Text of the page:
Five Residents of the Federal Capital Territory (FCT) have taken legal action against the Attorney-General of the Federation (AGF) and the Chief Justice of Nigeria (CJN) regarding the inauguration of Bola Tinubu as the country’s president. Tinubu, who represented the All Progressives Congress (APC), emerged as the victor in the presidential election held on February 25, receiving 8,794,726 votes. However, the plaintiffs argue that Tinubu failed to secure a minimum of 25 percent of the votes in the FCT.
The case, identified as FHC/ABJ/CS/578/2023, was filed before the Federal High Court in Abuja on April 28. The plaintiffs, namely Anyaegbunam Okoye, David Adzer, Jeffrey Ucheh Osang Paul, and Chibuike Nwanchukwu, filed the lawsuit on their own behalf as well as on behalf of other residents and registered voters in the FCT.
The primary issue to be determined by the court is whether or not the presidential candidate, who is to be elected as the President of the Federal Republic of Nigeria and, consequently, as the administrator of the FCT through the Minister of the Federal Capital Territory and the Federal Capital Territory Development Authority, is required by Section 134(2)(b) of the Constitution to obtain at least 25 percent of the votes cast in the FCT.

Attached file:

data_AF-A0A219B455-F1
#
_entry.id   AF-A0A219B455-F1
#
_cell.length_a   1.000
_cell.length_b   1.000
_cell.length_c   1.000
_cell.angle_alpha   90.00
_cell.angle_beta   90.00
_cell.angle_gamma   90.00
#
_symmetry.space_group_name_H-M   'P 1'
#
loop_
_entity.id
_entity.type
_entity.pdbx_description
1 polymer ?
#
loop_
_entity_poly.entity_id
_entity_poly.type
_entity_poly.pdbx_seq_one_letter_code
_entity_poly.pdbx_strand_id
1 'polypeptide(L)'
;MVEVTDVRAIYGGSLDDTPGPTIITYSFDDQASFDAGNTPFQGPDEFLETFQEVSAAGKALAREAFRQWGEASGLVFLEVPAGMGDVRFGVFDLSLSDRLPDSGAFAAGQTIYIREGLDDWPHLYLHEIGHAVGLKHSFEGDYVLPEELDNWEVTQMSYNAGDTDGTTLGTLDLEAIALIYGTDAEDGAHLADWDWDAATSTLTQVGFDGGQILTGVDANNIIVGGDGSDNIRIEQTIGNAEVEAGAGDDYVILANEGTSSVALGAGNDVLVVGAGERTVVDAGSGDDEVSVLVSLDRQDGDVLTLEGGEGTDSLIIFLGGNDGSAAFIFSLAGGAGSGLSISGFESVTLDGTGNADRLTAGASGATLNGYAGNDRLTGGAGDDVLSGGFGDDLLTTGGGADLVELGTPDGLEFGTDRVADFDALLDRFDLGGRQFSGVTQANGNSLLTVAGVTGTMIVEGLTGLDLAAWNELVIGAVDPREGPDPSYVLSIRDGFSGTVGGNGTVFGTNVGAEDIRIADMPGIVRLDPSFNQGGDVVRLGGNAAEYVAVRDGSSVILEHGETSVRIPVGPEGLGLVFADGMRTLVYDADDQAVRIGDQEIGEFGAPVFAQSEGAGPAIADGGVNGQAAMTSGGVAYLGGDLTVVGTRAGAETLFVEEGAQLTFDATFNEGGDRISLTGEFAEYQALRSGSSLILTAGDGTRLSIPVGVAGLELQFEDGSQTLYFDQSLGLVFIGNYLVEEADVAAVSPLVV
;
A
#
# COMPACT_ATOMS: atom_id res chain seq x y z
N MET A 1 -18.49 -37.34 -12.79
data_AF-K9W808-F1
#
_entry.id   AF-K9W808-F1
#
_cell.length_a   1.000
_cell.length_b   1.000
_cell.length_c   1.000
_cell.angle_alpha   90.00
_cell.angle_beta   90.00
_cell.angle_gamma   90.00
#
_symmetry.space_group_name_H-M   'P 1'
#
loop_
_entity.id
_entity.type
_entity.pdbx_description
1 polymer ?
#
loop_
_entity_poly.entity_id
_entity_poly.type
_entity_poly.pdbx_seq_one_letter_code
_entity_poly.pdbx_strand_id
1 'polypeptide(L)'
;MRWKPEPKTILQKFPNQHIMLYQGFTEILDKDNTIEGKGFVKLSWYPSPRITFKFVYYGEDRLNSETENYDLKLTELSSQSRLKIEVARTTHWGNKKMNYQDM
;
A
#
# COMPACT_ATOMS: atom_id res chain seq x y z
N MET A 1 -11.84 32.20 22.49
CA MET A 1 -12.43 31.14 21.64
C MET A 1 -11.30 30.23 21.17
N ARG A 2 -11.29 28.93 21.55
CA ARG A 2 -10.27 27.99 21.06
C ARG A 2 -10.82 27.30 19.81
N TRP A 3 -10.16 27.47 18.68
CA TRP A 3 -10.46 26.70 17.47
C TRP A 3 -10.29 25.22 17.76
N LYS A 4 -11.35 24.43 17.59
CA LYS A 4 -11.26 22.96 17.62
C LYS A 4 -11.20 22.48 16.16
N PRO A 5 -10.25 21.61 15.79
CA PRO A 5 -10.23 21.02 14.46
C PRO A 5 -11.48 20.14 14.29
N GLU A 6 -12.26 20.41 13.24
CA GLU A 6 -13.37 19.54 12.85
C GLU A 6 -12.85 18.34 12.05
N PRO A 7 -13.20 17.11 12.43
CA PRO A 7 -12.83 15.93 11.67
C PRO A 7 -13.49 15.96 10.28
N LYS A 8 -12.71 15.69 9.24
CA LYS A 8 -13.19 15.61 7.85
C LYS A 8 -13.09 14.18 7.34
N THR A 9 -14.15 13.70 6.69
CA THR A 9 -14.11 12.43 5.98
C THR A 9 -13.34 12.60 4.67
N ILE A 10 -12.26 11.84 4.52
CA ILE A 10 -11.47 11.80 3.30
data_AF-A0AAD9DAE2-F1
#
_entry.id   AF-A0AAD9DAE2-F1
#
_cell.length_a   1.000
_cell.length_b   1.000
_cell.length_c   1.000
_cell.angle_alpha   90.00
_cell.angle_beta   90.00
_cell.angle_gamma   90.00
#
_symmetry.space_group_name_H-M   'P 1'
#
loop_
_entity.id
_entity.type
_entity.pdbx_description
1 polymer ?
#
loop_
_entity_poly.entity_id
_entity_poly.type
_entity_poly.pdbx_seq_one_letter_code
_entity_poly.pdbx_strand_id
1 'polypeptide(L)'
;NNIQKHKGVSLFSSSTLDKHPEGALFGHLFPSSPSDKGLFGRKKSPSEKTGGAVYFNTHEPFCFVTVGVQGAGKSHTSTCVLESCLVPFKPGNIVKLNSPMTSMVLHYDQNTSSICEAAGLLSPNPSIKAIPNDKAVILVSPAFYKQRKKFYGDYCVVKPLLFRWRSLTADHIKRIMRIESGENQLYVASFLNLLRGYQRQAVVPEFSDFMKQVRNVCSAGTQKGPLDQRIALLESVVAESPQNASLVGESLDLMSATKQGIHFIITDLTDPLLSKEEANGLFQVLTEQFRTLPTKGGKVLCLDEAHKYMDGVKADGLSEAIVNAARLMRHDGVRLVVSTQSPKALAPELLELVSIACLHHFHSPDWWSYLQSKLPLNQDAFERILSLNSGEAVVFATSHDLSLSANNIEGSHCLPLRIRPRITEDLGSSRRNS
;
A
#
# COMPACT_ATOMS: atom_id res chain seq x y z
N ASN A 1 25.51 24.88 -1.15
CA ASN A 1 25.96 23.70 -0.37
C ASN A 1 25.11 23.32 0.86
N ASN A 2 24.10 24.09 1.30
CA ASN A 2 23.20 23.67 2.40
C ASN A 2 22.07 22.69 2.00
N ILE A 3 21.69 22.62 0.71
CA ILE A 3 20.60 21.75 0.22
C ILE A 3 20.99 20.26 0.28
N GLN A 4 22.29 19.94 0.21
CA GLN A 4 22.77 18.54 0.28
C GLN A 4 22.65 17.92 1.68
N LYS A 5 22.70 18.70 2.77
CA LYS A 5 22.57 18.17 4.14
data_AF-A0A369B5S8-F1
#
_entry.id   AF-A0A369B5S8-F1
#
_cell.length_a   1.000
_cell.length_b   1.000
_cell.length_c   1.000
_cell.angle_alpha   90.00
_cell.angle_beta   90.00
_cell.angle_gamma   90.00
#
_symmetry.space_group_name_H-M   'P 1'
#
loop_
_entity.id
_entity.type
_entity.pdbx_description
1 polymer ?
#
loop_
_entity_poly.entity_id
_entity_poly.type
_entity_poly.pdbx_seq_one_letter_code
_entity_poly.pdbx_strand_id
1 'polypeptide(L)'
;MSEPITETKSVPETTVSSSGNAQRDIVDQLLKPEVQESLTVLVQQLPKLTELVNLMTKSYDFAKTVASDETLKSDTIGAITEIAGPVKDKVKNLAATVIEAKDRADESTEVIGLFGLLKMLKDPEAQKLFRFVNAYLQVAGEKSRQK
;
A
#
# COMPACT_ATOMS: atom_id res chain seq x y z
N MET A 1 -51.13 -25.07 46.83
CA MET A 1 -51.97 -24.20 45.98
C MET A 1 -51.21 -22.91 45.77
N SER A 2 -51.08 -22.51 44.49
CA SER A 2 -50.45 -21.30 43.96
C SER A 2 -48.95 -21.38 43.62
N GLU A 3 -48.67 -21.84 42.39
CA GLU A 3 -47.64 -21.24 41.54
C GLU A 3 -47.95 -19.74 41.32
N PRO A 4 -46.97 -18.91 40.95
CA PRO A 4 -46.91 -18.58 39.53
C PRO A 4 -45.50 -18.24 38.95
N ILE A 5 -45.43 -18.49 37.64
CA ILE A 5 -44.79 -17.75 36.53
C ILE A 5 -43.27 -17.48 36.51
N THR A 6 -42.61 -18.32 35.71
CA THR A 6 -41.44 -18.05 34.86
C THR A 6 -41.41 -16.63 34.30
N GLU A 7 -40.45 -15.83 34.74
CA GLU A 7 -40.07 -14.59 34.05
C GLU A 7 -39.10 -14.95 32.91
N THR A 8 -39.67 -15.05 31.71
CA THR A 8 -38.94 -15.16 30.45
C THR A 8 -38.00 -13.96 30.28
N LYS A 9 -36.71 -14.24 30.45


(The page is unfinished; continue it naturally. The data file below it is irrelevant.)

Furthermore, the plaintiffs question whether the residents and registered voters in the FCT would face discrimination if any state within the country could be substituted for the FCT in this context.
If the court answers these questions affirmatively, the plaintiffs seek a declaration that no candidate in the February 25th presidential election can be validly sworn in as the President and Commander in Chief of the Armed Forces of the Federal Republic of Nigeria without obtaining 25 percent of the votes cast in the Federal Capital Territory, Abuja.
Additionally, the plaintiffs request a declaration to extend President Muhammadu Buhari’s tenure until a successor is determined in accordance with the constitution. They also seek to set aside the certificate of return issued to Tinubu and prevent the CJN and any other judicial officer from swearing in any presidential or vice-presidential candidate until the matter is resolved by the court.
Meanwhile, the Independent National Electoral Commission (INEC) has stated that a candidate is not required to secure 25 percent of the votes in the FCT to be declared the winner. According to INEC, the FCT does not possess any special status in the constitution, contrary to what has been mistakenly portrayed.
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